The ASA’s Scam Ad Alert system provides a way for anyone to quickly and easily report suspicious paid-for ads online.
Where we have sufficient information and the report relates to an obvious scam, we pass the details to our network of key industry partners, including all the major social media platforms and ad networks operating in the UK. This means that scam ads are taken down and the information used to stop similar ads appearing.
The ASA’s Scam Ad Alert system aims to complement the work already being done by digital advertising and social media platforms, other regulatory bodies and law enforcement to tackle scam ads and, more broadly, other fraudulent activity online.
Our system is not a silver bullet to eradicate scam ads online, but it is right that we play our part alongside others to help reduce the number of fraudulent paid-for ads online and better protect consumers.
If you have seen an online ad in paid-for space which you think might be a scam, tell us about it now via our Reporting Form.
If you have seen a suspected scam somewhere else online then our FAQs below can help you identify who to report it to. Reporting a scam to us or other bodies helps prevents other people from falling victim to scams and may help stop criminal activity.
Scam Ad Alert FAQ
We encourage reports about any suspected scams seen in paid-for ad space online, including: paid-for search ads; ads on newspaper sites; and paid-for ads seen on social media platforms, games or apps.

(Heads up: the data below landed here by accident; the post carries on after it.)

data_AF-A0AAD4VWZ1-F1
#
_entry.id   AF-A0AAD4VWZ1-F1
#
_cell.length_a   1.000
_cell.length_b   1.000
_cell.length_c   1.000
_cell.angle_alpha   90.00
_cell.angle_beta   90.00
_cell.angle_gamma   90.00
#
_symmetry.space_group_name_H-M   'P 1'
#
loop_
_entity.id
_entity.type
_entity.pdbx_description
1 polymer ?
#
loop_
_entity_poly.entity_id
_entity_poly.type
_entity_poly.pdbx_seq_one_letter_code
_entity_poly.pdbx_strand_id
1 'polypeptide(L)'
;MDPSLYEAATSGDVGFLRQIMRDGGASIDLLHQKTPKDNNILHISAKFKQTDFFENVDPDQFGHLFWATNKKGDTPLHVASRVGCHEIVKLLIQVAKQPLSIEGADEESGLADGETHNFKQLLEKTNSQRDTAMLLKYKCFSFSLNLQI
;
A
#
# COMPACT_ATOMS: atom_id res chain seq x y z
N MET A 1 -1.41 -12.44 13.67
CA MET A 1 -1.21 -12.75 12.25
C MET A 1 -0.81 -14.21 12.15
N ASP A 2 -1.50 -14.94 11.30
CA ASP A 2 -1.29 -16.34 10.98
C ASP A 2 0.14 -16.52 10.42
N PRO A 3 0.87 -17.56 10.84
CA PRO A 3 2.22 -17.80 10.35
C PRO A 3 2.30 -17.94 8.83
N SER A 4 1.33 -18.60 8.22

Examples of the type of suspicious online paid-for ads the ASA can act upon include:
- fake celebrity news, such as reporting a celebrity has been assaulted or has died when that is not true, or links through to websites making these claims.
- false celebrity endorsements, such as claiming a celebrity made their money through cryptocurrencies such as Bitcoin and is encouraging others to do the same, or links through to websites making these claims.
- ads offering an expensive product at an implausibly low price.
- ads for weight loss products, such as keto supplements, that make unrealistic weight loss claims or claim to have featured on programmes like Dragon's Den.
You might also be able to report an advert when you see it. For example, Google, Facebook and Instagram let you tell them about scam ads. If you've done this, you can still then report to us so we can share details of the scam with others.
Since launching the Scam Ad Alert system in June 2020 we have received 4394 from the public which resulted in 319 Scam Ad Alerts being sent to online platforms, as of 5 March 2023.
You can find out more in our most recent update on numbers and scams trends.
If you’ve received a suspicious email, forward it to [email protected] to help stop criminal activity and prevent others falling victim to scams.
Report suspicious text messages or scam call numbers free of charge to 7726. Your provider can find out where the text came from and block or ban the sender.
It’s unlikely that we will consider this an obvious scam for the purposes of our Scam Ad Alert system. Please report the ad to us via our usual Complaints Form and we will assess it.
The ASA can only deal with scams where they appear in paid-for ad space online. However, if you arrived at the suspected scam website via an ad then please report the details of the ad to us via our Reporting Form.
The ASA Scam Ad Alert system focuses on passing on information so that scam ads are removed. We are not the right body to investigate the scammers themselves and we can’t help anyone get their money back.
If you have fallen victim to fraud or cyber crime, report it any time at www.actionfraud.police.uk or call 0300 123 2040. In Scotland, report it to Police Scotland by calling 101.
If you’ve had money stolen as a result of fraud, report it to your bank.
You can also find information and support from Citizens Advice at www.citizensadvice.org.uk/consumer/scams/reporting-a-scam/.